It’s nice that’s it’s officially spring and all, but many of us are asking: when will the Tulips bloom?

‘Early Harvest’ Tulips

In general, the answer is: it depends. But it will be a lot sooner if you have Tulipa kaufmanniana, also known as Water Lily Tulips, in your garden. In fact, here it is not even April, and our T. kaufmanniana ‘Early Harvest’ is already blooming.

‘Early Harvest’ is only one of several varieties belonging to this tulip species. l picked it for its intense but cheerful orange color – orange flowers are a weakness of mine. Like other Water Lily Tulips, it is very short, only about 6″ tall, and has striped, wavy foliage.

Under the right conditions, Water Lily Tulips are perennial and will even naturalize. I planted a small clump of this Tulip in the Lamp Post Bed years ago, but was beginning to give up hope for their future, thanks to hungry rabbits – who had the vicious habit of striking just as the buds were about to open.

This year, I spread a few chunks of Irish Spring soap near the leaves as they emerged – and so far, the rabbit damage has been minimal, even as the Tulips have begun to bloom.

In fact, there is an ‘Early Harvest’ bloom about 10 yards from the original clump – planted, I suppose, by some forgetful squirrel.

What are the earliest Tulips in your garden, and when do they bloom?

30 Comments on “Eager for Tulips? Try ‘Early Harvest’”

  1. I have planted a bag of misc tulips. They came up red and a peachy red color. They have been in the ground for several years and always bloom here in March. Early or later it depends on the weather.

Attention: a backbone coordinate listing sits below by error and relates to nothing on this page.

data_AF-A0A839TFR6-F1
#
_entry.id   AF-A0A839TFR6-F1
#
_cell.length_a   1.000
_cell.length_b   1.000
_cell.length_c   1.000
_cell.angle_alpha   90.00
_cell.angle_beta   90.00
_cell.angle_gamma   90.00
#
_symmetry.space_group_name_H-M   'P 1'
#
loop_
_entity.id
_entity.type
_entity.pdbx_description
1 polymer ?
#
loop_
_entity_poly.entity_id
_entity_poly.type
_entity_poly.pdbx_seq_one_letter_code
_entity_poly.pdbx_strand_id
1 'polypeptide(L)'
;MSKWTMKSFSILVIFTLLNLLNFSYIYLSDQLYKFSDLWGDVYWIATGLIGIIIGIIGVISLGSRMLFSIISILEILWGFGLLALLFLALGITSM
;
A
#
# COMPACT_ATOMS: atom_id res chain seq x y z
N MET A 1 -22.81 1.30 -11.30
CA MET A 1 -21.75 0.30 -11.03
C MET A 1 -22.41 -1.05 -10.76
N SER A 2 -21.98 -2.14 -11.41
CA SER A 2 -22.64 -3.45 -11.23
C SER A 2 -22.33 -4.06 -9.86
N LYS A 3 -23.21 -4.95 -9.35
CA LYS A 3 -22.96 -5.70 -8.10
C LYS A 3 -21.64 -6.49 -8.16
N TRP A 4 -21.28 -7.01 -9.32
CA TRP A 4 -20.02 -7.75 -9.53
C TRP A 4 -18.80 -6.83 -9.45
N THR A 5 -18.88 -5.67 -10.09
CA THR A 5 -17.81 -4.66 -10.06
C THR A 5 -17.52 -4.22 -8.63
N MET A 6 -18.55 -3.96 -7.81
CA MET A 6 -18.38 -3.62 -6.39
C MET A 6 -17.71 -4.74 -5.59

I must say these orange ones of yours are an exciting color.

  2. T. vvedensky ‘Tangerine Beauty’ and greigii ‘Toronto’, neither is blooming as yet but good leaves. Both are perennial here in south coast Massachusetts. Here’s hoping the deer, rabbits, and voles don’t find them.

  3. Love this success story… I’m off to get me some Irish Spring. Maybe it’ll help with Primroses the rabbits in my garden seem to favor. Those early orange tulips are fantastic; they give competition to the yellow-tulip photo header of this blog! I adore orange blooms too, so last year, after you posted about Princess Irene, I ordered and planted 10 bulbs in my garden. Leafs are out but, still waiting on blooms.

  4. Hello Jason, I really like the orange colour of these tulips too. I hope they eventually spread for you now that the Irish Spring Soap seems to be keeping the rabbits away. We don’t have tulips planted in the garden, we just have one pot of white tulips that have re-flowered this year. They were a freebie from an online order of other bulbs. They’re in flower now and while stark-white, they’re nice to have around. They would probably work really well with some contrasting planting.

  5. Absolutely love the colour of ”Early Harvest” Tulips! We are just getting ready to plant tulips and they do surprising well in our front garden, so thanks for the inspiration. Glad to read that the Irish soap is keeping the rabbits at bay.

  6. I wouldn’t call it a “weakness”. A “strength”, rather… 😉
    Tulipa clusiana ‘Lady Jane’ has seeded around quite a bit in the front yard, and I love her! No flowers yet, though. I tend to prefer the little species tulips to the big garden tulips. Not only are they adorable, but they also die back very politely and don’t leave the leafy mess the bigger ones do. I have experimented with planting some in table gardens, elevated from the fray below. They are so small, in the ground, they tend to get lost under all those other plants that are shoehorned into my garden.

  7. Yes, this is one of the species that was recommended as perennial, even here. I have not investigated it enough to know what cultivars I would prefer. (I still want to grow ‘Maureen’, even though I know it will bloom only once here.) The color of ‘Early Harvest’ is awesome, but a bit too awesome for our landscapes.

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